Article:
Bit funny that you use "Steam-junkie gamer buddy" as a example since Steam is apparently going to be officially released on Linux within a few months. Of course, time still have to prove whenever it's good or not (GPU drivers is still somewhat problematic for Linux).

But I have to agree that you need to introduce Linux (and OSS) where it makes sense to.

Re:easiest way to get involved (1)

HeronBlademaster (1079477) | more than 4 years ago | (#32234708)

Yeah, I know. I'll probably be among the first to download Steam for Linux, but since it's not officially confirmed yet, and since most games are going to remain Windows-only anyway, I think it's still a valid comparison ;)

Re:easiest way to get involved (2, Insightful)

MrResistor (120588) | more than 4 years ago | (#32240422)

I have several Mac using friends who are quite excited about Steam for OSX. It's very cool of Valve to do that, but the selection of games is very limited. I see no reason the situation on Linux should be any better. Indeed, it will likely be worse, as developers at least make an effort to target OSX.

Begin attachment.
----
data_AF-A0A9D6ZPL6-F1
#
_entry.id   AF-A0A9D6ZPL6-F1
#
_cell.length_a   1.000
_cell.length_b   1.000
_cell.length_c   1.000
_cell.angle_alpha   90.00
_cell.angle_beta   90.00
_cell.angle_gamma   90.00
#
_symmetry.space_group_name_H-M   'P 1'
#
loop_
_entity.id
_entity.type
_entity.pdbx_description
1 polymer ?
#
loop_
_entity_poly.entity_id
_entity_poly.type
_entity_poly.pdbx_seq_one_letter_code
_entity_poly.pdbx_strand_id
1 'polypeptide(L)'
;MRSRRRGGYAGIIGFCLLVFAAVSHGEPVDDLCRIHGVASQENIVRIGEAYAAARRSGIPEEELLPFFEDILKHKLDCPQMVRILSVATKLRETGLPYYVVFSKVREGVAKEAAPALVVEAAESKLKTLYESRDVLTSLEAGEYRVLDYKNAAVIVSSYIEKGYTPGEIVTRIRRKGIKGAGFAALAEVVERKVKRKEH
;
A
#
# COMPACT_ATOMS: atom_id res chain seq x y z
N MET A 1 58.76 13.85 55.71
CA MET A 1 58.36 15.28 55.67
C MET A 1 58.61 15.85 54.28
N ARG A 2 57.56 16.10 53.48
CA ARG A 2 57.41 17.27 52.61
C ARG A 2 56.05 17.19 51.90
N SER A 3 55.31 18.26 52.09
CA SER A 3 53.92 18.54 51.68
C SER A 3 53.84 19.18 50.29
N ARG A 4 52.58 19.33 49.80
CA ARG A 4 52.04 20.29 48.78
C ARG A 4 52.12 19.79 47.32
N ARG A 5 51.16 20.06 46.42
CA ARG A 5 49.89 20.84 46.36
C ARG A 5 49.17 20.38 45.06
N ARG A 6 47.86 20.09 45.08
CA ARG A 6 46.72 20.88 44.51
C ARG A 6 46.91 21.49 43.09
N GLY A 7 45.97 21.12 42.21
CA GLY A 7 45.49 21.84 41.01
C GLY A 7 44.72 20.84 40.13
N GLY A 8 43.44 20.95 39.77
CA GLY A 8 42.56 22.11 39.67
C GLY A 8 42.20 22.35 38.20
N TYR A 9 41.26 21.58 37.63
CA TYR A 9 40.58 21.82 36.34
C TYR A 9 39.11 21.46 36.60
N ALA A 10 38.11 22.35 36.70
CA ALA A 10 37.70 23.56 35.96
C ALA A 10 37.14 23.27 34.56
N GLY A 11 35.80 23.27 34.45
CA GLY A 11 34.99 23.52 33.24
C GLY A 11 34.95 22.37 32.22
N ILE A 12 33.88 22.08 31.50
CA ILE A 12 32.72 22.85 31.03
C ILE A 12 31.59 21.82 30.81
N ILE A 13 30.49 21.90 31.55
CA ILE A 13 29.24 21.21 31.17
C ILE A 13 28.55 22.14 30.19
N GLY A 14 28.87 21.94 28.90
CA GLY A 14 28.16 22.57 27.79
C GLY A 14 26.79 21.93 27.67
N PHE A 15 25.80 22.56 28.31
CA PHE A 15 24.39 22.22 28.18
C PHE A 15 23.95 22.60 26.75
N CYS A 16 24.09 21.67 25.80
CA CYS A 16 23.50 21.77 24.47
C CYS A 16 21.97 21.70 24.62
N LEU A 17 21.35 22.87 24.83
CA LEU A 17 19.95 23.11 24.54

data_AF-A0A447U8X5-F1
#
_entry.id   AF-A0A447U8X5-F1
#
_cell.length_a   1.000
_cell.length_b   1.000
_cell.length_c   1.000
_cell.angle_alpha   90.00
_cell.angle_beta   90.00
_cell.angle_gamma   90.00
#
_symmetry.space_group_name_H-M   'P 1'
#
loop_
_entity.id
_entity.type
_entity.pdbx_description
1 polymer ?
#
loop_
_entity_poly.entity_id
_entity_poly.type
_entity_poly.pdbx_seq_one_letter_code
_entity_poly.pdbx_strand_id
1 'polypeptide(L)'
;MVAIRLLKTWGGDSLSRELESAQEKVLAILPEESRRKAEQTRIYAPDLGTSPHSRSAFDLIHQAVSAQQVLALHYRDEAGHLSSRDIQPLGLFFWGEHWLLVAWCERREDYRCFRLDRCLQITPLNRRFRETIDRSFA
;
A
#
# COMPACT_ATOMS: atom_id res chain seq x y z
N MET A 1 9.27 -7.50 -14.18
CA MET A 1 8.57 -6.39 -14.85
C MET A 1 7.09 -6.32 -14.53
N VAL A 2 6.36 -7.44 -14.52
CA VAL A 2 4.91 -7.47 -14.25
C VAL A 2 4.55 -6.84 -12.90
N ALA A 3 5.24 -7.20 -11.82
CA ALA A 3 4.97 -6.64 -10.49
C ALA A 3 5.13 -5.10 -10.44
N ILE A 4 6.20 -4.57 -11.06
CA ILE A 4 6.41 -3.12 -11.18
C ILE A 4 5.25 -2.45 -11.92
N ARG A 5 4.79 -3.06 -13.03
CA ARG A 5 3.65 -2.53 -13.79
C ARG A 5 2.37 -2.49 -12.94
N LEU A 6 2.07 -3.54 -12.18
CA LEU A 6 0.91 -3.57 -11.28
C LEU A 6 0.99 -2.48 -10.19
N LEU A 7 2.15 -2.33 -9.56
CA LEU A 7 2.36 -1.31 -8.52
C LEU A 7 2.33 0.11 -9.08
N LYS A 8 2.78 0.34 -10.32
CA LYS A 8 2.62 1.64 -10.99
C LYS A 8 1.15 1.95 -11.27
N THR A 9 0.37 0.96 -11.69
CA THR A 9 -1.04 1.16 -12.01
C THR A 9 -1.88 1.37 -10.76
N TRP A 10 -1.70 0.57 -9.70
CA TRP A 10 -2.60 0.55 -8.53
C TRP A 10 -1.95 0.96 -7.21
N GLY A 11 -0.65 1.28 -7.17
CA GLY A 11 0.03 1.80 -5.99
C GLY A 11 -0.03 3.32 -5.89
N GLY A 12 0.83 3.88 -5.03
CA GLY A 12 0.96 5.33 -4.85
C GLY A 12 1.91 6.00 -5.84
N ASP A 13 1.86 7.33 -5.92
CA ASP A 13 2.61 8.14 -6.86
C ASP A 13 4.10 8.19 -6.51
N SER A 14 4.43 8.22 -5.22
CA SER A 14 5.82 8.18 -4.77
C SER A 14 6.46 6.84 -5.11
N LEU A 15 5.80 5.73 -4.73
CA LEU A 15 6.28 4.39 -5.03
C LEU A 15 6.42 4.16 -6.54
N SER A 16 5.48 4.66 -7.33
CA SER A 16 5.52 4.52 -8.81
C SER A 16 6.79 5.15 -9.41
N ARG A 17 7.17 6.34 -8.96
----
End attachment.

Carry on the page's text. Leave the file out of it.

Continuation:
Of course, Steam-Linux could integrate with Wine to support Windows only games, which would be very cool IMO.

Re:easiest way to get involved (0)

Anonymous Coward | more than 4 years ago | (#32242676)

[...] the selection of games is very limited. I see no reason the situation on Linux should be any better. Indeed, it will likely be worse, as developers at least make an effort to target OSX.

This might be the push that game developers and publishers need to start creating and/or using multi-platform game engines as a matter of course rather than doing last-minute ports. Once it becomes more common to write code that works on PC & Mac, it will probably be a far smaller hurdle to add Linux into the mix. (Once you're already using some sort of toolkit to give you a layer of abstraction from the OS, adding another OS to the toolkit should normally be far less work than re-writing an entire game.)

Re:easiest way to get involved (1)

MrResistor (120588) | more than 4 years ago | (#32249152)

You would think that would be the case, but then again, how long have Linux WoW players been asking for OpenGL mouse acceleration. They have it in the Mac version. One would think that the work has already been done, so what's the big deal with enabling it in the Windows version for us Wine users? I haven't played since December, but as far as I know it still isn't there.

Re:easiest way to get involved (0)